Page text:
Hemp is a powerhouse of sustainable solutions with a track record of success globally. Even without federal legalization of hemp cultivation, the Hemp Business Journal calculated US sales of hemp products in 2015 to be 25% greater than their 2014 total of $400 million (the Hemp Industry Association (HIA) estimated US hemp product sales in 2014 at $620 million).[1] Thirty-six countries throughout Asia, Europe, South America, Africa and North America permit hemp production. Decision makers should examine these countries’ effective models to see how they can federally support the booming hemp industry here in America.[2]

China: Hemp Powerhouse

A wild plant of hemp in China near a river.Unlike the United States and many other countries in the 20th Century, China never banned the production of hemp despite strictly prohibiting the intoxicating variety of cannabis sativa, commonly known as marijuana.[3]Hemp has been part of Chinese culture for thousands of years, and as a result, they have discovered its countless uses and benefits, securing over half of the 606 hemp patents recorded by the UN’s World Intellectual Property Organization in 2014.[4] It is not surprising that the world’s most populous country and second largest economy is also the largest producer of hemp in the world, accounting for half of global production.[5] China is the largest supplier of raw and processed hemp fiber for the US, which imported $36.9 million worth of hemp in 2013.[6] In the first 11 months of 2013, China exported hemp yarn worth $11.9 million, increasing sales by 145.2% from the previous year.[7] If Congress truly wants to support US companies, it should consider the high returns for Chinese companies in the cannabis industry who have in recent years achieved “sales revenue [of] about six or seven times the value of their fixed assets.”[8] Additionally, Congress should reflect on how they are limiting American research and development for hemp products, which gives the United States’ main economic competitor an advantage.

India: Old Hemp History and New Hemp Industry

iStock_000056282140_LargeIndia, the world’s second most populous nation with the sixth largest economy, is another Asian country with a long history of hemp use—an ancient Hindu text even calls the cannabis sativa plant “sacred grass.”[9]Unlike China, modern India banned hemp cultivation until 1985. Hemp production was federally permitted, though individual states controlled the licenses and refused to issue them.[10] Consequently, India’s hemp industry is only beginning to build momentum. The Indian Industrial Hemp Association (IIHA) formed in 2011 to promote and support hemp industries.[11] Uniting with national and international organizations in 2014, IIHA established the first Indian HEMP conference.[12] At the end of 2015, the state of Uttarakhand became the first in India to legalize hemp production, and the Ministry of Textiles sees this first step as a way for Indian farmers and industry to capitalize on the $800 million global hemp market.[13] While the US does not have to recognize cannabis sativa as “sacred grass,” it should see the value of hemp for those 800 million reasons.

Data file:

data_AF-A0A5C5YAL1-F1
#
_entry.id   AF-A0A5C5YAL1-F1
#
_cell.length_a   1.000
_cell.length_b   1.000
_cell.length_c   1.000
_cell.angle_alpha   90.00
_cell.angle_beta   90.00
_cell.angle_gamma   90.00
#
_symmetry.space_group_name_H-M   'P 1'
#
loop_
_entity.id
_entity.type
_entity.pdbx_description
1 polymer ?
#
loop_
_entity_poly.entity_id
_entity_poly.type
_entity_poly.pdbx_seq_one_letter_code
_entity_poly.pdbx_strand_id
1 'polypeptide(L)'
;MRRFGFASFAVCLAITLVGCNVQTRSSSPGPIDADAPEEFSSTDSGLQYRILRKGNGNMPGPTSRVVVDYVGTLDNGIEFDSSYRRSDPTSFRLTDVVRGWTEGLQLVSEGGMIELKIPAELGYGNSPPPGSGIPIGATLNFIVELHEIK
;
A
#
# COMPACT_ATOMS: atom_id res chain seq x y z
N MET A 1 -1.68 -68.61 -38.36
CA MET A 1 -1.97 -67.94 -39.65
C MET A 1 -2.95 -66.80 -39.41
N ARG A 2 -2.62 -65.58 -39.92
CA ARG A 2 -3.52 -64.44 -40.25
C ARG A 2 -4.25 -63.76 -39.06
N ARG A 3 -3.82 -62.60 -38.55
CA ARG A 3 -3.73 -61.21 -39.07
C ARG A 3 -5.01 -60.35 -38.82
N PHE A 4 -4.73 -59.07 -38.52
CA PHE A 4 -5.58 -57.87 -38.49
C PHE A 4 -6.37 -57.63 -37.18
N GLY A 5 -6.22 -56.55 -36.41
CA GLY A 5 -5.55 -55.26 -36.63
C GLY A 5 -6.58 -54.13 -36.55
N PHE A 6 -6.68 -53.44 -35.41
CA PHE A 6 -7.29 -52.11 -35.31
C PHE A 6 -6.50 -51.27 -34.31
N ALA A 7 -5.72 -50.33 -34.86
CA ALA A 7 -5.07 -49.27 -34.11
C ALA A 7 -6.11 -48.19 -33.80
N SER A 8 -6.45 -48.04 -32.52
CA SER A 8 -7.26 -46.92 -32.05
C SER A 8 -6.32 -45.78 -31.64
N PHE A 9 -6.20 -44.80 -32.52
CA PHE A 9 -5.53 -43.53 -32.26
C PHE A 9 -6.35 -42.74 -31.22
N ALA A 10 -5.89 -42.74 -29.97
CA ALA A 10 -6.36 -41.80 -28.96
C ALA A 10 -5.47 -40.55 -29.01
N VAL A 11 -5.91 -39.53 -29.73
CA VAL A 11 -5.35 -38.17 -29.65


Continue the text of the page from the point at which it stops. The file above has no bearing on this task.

South Africa and Malawi: Hemp Permitting

South Africa was the first country on the continent to legalize hemp production, but it has yet to issue a commercial permit.[14] While South Africa’s Agricultural Research Council has tested hemp varieties suited for the climate and their Department of Agriculture has labeled hemp as an “agricultural crop,” further progress is at a standstill.[15] Efforts to amend the hemp legislation are underway, but in the meanwhile all hemp must still be imported.[16] Similarly, Malawi permitted the company Invegrow to conduct research trials with hemp in November of 2015, but their vision for the future of hemp cultivation is more defined.[17] By December of 2016, the Malawian government and Invegrow hope to begin commercial hemp production, which many see as a boon for the Malawian people and their economy.[18] The United States can look to numerous countries and over half of the US states for successful hemp trials and regulations.[19]

Chile and Uruguay: Hemp Havens


Chile has been growing hemp since its introduction by the Spanish around 1545, and it leads South America in hemp production.[20] For several years, Chile has hosted the largest hemp trade fair in South America and the event is spreading to other countries adopting hemp legalization.[21] In December of 2013, Uruguay became the first country in the world to “fully legalise the research and development, as well as cultivation, distribution, sale and consumption of non-synthetic cannabinoids and hemp.”[22] This historic move was primarily an effort to stop drug cartels, but it will also benefit the country’s people and their economy; corporations have already been issued licenses to grow industrial hemp.[23] Uruguay has set a precedent for the world; US Congress should pay close attention to their experiment as progress unfolds.[24]